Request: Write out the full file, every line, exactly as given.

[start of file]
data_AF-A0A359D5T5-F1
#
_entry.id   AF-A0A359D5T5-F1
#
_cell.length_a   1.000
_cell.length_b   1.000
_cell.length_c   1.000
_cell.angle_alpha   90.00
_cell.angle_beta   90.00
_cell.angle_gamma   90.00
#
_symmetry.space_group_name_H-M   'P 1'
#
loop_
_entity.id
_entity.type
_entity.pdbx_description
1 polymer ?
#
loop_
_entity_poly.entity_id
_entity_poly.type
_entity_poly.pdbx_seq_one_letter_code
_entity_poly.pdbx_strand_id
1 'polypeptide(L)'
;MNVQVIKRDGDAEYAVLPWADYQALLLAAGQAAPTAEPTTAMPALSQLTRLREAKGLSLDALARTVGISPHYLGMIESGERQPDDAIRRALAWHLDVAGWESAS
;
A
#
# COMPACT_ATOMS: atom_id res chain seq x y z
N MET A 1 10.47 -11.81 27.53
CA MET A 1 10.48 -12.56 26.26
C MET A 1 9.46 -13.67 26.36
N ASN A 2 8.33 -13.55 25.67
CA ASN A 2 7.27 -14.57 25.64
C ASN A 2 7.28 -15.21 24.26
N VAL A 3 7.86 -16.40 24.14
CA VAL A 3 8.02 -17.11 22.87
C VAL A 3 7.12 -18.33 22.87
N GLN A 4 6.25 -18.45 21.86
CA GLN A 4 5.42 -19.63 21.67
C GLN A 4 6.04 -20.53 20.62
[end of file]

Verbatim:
data_AF-A0A359D5T5-F1
#
_entry.id   AF-A0A359D5T5-F1
#
_cell.length_a   1.000
_cell.length_b   1.000
_cell.length_c   1.000
_cell.angle_alpha   90.00
_cell.angle_beta   90.00
_cell.angle_gamma   90.00
#
_symmetry.space_group_name_H-M   'P 1'
#
loop_
_entity.id
_entity.type
_entity.pdbx_description
1 polymer ?
#
loop_
_entity_poly.entity_id
_entity_poly.type
_entity_poly.pdbx_seq_one_letter_code
_entity_poly.pdbx_strand_id
1 'polypeptide(L)'
;MNVQVIKRDGDAEYAVLPWADYQALLLAAGQAAPTAEPTTAMPALSQLTRLREAKGLSLDALARTVGISPHYLGMIESGERQPDDAIRRALAWHLDVAGWESAS
;
A
#
# COMPACT_ATOMS: atom_id res chain seq x y z
N MET A 1 10.47 -11.81 27.53
CA MET A 1 10.48 -12.56 26.26
C MET A 1 9.46 -13.67 26.36
N ASN A 2 8.33 -13.55 25.67
CA ASN A 2 7.27 -14.57 25.64
C ASN A 2 7.28 -15.21 24.26
N VAL A 3 7.86 -16.40 24.14
CA VAL A 3 8.02 -17.11 22.87
C VAL A 3 7.12 -18.33 22.87
N GLN A 4 6.25 -18.45 21.86
CA GLN A 4 5.42 -19.63 21.67
C GLN A 4 6.04 -20.53 20.62